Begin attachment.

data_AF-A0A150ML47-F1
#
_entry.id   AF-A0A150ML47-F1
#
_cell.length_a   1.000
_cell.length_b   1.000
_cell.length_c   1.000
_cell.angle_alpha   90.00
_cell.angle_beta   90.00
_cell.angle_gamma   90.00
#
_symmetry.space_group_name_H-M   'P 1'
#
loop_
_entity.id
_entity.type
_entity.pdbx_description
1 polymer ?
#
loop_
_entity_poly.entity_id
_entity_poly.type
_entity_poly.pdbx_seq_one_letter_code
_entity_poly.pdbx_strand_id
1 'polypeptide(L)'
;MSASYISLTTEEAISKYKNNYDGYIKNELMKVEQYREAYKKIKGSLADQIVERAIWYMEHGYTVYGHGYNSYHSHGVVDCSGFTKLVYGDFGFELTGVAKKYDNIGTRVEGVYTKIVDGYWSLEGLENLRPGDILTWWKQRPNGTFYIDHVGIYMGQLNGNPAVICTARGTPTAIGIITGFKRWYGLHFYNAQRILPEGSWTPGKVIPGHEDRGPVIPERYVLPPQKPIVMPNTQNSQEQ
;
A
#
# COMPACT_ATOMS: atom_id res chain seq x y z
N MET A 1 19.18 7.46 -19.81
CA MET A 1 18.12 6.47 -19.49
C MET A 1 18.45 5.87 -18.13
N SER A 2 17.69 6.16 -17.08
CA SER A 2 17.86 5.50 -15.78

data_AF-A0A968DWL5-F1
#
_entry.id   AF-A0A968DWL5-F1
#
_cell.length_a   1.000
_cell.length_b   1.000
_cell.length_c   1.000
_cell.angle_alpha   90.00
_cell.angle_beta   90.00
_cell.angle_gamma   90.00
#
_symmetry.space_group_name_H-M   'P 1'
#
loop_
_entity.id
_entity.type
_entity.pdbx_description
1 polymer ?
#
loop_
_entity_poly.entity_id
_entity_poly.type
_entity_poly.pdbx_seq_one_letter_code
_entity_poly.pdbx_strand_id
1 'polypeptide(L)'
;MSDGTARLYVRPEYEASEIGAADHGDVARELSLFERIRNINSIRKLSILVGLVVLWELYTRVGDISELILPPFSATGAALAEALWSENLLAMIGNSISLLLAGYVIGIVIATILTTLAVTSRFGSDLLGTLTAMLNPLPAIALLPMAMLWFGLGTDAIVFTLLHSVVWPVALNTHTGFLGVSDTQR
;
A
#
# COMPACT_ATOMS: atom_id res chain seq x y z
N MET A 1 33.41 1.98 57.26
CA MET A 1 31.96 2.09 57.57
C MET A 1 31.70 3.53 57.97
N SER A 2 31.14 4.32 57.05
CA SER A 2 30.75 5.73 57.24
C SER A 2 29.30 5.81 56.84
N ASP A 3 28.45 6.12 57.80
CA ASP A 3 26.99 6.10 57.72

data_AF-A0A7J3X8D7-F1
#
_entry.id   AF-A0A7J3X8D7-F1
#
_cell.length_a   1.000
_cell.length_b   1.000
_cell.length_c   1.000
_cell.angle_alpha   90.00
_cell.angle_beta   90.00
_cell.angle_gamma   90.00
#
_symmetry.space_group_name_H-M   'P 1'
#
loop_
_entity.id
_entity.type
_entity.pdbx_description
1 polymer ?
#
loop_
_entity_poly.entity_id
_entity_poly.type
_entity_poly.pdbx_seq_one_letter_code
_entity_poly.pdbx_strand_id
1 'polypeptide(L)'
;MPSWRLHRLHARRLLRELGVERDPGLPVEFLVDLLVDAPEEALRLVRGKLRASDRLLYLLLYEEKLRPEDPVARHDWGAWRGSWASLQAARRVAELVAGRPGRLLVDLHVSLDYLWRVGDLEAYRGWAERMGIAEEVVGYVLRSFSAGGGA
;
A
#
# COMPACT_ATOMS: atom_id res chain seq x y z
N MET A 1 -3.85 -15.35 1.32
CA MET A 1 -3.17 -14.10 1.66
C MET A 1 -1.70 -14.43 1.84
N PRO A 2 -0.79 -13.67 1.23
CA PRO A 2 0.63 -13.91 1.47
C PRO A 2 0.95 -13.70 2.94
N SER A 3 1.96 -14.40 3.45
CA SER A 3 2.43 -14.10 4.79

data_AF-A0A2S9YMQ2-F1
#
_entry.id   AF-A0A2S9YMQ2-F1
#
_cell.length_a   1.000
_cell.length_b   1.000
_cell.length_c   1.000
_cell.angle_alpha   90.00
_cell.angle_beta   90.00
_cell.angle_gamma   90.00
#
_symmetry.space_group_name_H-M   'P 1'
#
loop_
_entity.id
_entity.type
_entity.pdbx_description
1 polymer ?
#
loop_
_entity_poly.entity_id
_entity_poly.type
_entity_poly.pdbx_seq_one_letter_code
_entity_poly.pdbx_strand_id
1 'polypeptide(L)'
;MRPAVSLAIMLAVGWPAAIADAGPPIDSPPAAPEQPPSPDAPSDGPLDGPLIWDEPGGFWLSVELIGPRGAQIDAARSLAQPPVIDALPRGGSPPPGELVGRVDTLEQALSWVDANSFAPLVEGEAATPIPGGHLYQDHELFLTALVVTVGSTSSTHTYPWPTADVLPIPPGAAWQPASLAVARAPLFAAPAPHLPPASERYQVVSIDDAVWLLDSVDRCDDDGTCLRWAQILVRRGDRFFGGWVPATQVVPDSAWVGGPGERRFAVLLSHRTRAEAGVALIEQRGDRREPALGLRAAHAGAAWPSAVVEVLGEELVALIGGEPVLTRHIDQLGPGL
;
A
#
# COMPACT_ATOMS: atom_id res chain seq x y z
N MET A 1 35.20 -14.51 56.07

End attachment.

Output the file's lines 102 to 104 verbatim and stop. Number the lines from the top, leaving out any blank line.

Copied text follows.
#
# COMPACT_ATOMS: atom_id res chain seq x y z
N MET A 1 -3.85 -15.35 1.32